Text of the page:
“ZAPAD” COULD BE RUSSIA’S TROJAN HORSE
14 SEPTEMBER 2017 – NATO officials say they are closely watching Russia’s biggest war games since 2013 with many unnerved about what they see as Moscow testing its ability to wage war against the West.
NATO believes the exercises – officially starting on Thursday in Belarus, the Baltic Sea, western Russia and the Russian exclave of Kaliningrad – are already under way. It says they are larger than Moscow has publicised, numbering some 100,000 troops, and involve firing nuclear-capable ballistic missiles.
Codenamed Zapad or “West”, NATO officials say the drills will simulate a conflict with the US-led alliance intended to show Russia’s ability to mass large numbers of troops at very short notice in the event of a conflict.
Lithuania’s Defence Minister Raimundas Karoblis voiced widely felt fears the drills risk triggering an accidental conflict, or could allow Moscow to leave troops in neighbouring Belarus.
“We can’t be totally calm. There is a large foreign army massed next to Lithuanian territory,” he told Reuters news agency.
Some Western officials – including head of the US Army in Europe, General Ben Hodges – have raised concerns that Russia might use the drills as a “Trojan horse” to make incursions into Poland and Russian-speaking regions in the Baltics.
The Kremlin firmly rejects any such plans. Russia says some 13,000 troops from Russia and Belarus will be involved in the September 14-20 drills, below an international threshold that requires large numbers of outside observers.
Moscow says it is the West that threatens stability in eastern Europe because the US-led NATO alliance has put a 4,000-strong multinational force in the Baltics and Poland.
With Russia’s seizure of Crimea in 2014 and its intervention in Syria’s war in 2015, NATO is distrustful of the Kremlin’s public message.
In Crimea, Moscow proved a master of “hybrid warfare”, with its mix of cyber-attacks, disinformation campaigns, and use of Russian and local forces without insignia.
One senior European security official said Zapad would merge manoeuvres across Russia’s four western military districts in a “complex, multi-dimensional aggressive, anti-NATO exercise”.
“It is all smoke and mirrors,” the official said, adding the Soviet-era Zapad exercises that were revived in 1999 had included simulated nuclear strikes on Europe.
NATO officials say they have been watching Russia’s preparations for months, including the use of hundreds of rail cars to carry tanks and other heavy equipment into Belarus.
As a precaution, the US Army has moved 600 paratroopers to the Baltics during Zapad and has taken over guardianship of the airspace of Lithuania, Latvia and Estonia, which lack capable air forces and air defence systems.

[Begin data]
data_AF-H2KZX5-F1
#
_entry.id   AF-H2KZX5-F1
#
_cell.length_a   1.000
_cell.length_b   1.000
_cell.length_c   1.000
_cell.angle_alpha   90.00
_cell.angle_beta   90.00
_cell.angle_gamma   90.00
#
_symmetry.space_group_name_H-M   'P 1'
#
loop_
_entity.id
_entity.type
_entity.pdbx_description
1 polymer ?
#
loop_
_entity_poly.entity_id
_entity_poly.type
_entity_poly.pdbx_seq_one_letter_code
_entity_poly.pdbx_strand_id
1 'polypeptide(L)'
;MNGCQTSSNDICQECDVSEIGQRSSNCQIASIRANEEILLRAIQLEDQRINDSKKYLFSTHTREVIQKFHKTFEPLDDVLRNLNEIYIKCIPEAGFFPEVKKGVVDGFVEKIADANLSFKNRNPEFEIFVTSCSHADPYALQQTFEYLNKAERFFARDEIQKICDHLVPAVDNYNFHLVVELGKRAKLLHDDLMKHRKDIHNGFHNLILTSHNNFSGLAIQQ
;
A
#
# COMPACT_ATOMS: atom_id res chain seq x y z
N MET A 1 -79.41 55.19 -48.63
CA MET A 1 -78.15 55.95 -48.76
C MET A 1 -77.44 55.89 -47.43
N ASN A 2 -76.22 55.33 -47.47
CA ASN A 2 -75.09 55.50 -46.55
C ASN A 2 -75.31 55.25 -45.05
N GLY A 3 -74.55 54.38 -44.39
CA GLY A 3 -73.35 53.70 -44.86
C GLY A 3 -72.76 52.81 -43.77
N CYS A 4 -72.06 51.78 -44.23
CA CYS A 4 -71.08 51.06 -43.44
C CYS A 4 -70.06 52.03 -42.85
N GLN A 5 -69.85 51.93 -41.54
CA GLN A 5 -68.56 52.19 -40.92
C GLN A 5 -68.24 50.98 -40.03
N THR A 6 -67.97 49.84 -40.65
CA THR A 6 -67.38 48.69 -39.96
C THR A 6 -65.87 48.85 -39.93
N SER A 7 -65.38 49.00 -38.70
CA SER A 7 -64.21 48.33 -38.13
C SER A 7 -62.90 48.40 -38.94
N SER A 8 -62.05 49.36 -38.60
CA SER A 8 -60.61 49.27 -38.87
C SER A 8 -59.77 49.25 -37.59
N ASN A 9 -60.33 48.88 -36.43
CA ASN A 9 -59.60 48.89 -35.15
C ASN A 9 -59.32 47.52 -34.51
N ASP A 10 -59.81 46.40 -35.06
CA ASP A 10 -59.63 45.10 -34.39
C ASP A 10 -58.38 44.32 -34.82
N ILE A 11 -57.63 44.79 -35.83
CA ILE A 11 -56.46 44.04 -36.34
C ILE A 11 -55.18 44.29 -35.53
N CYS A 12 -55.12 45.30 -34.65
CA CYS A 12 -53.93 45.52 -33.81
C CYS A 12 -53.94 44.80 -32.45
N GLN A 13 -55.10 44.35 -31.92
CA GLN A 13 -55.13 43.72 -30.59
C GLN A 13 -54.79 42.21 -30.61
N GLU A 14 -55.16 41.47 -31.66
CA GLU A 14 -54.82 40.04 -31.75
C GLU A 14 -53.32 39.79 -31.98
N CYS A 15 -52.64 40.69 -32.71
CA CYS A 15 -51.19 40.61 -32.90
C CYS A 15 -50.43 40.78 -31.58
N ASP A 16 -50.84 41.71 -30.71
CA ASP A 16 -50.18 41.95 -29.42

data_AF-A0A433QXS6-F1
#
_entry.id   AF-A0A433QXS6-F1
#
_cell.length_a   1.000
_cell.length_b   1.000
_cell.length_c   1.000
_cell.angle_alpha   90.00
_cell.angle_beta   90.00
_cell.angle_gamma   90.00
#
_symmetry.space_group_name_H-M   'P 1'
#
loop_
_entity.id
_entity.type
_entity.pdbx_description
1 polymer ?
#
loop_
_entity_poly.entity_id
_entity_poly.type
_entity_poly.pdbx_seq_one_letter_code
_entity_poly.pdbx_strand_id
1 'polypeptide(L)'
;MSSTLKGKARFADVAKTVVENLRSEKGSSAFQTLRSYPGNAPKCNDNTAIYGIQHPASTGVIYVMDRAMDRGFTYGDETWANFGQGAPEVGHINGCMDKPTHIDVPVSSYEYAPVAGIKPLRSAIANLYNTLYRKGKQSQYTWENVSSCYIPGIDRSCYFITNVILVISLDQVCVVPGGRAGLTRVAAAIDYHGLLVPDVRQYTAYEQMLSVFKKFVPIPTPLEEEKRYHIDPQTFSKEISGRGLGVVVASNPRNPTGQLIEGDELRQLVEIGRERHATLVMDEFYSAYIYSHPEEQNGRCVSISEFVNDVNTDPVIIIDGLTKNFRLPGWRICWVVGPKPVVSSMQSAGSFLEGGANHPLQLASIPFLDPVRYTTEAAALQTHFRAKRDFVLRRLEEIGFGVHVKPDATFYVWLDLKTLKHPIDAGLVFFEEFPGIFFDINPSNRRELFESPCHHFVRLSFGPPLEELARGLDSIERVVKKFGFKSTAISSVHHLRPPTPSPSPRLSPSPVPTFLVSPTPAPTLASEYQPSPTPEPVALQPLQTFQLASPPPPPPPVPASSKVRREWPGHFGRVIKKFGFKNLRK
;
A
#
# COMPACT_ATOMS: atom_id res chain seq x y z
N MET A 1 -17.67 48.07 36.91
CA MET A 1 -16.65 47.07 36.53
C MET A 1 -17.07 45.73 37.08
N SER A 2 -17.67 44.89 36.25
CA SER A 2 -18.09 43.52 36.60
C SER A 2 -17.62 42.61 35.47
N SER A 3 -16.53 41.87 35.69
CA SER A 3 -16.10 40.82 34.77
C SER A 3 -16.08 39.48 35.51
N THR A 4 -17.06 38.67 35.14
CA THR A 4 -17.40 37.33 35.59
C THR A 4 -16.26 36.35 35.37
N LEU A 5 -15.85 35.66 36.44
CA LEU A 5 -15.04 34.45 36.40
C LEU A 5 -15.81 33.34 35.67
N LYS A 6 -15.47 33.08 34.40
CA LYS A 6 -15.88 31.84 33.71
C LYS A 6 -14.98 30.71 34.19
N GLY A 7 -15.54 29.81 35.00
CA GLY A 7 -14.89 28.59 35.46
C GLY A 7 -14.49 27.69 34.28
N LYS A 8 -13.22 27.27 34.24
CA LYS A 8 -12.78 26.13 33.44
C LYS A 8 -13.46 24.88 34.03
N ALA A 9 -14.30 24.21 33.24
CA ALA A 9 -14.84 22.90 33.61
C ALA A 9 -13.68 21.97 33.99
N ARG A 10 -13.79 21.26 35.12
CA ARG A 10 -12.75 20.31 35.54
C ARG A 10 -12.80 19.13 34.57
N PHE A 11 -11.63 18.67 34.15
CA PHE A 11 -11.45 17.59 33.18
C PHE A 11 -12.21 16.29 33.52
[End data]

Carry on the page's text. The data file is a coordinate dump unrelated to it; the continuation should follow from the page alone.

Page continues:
NATO’S next move?
Russia’s military show of force raises some uncomfortable questions for the alliance because NATO cannot yet mass large numbers of troops quickly, despite the United States’ military might, NATO officials and diplomats said.
NATO, a 29-nation defence pact created in 1949 to deter the Soviet threat, has already begun its biggest modernisation since the Cold War, sending four battalions to the Baltics and Poland, setting up an agile, high-readiness spearhead force, and developing its cyber-space defences.
But NATO has deliberately taken a slowly-slowly approach to its military build-up to avoid being sucked into a new arms race, even as Russia has stationed anti-aircraft and anti-ship missiles in Kaliningrad, the Black Sea and Syria.
“The last thing we want is a military escalation with Russia,” said one senior NATO official involved in military planning, referring to Zapad.
In the event of any potential Russian incursion into the Baltics or Poland, NATO’s new multinational forces would quickly need large reinforcements. But a 40,000-strong force agreed in 2015 is still being developed, officials say.
During Zapad, NATO is taking a low-key approach by running few exercises, including an annual sniper exercise in Lithuania. Only non-NATO member Sweden is holding a large-scale drill.
With 19,000 troops involved, Sweden will simulate an attack from the east on the Baltic island of Gotland, near the Swedish mainland.
“The security situation has taken a turn for the worse,” Micael Byden, the commander of the Swedish Armed Forces, said during a presentation of the three-week-long exercise.
Sweden, like the Baltics, Poland and much of the West, has been deeply troubled by Russia’s 2014 annexation of Crimea and its support for rebels in eastern Ukraine.
“Russia is the country that affects security in Europe right now with its actions – the annexation of the Crimea and continued battles in eastern Ukraine – so it is clear that we are watching very closely what Russia is doing,” Byden said.
Around 1,500 troops from the United States, France, Norway and other NATO allies are taking part in the exercise dubbed Aurora.
NATO generals say the Aurora exercise is not a response to Russian exercises that start on Thursday.
NATO Deputy Supreme Allied Commander Europe James Everard said there was no need to mirror Zapad. “It’s not a competition,” he said during a visit to NATO forces in Latvia.
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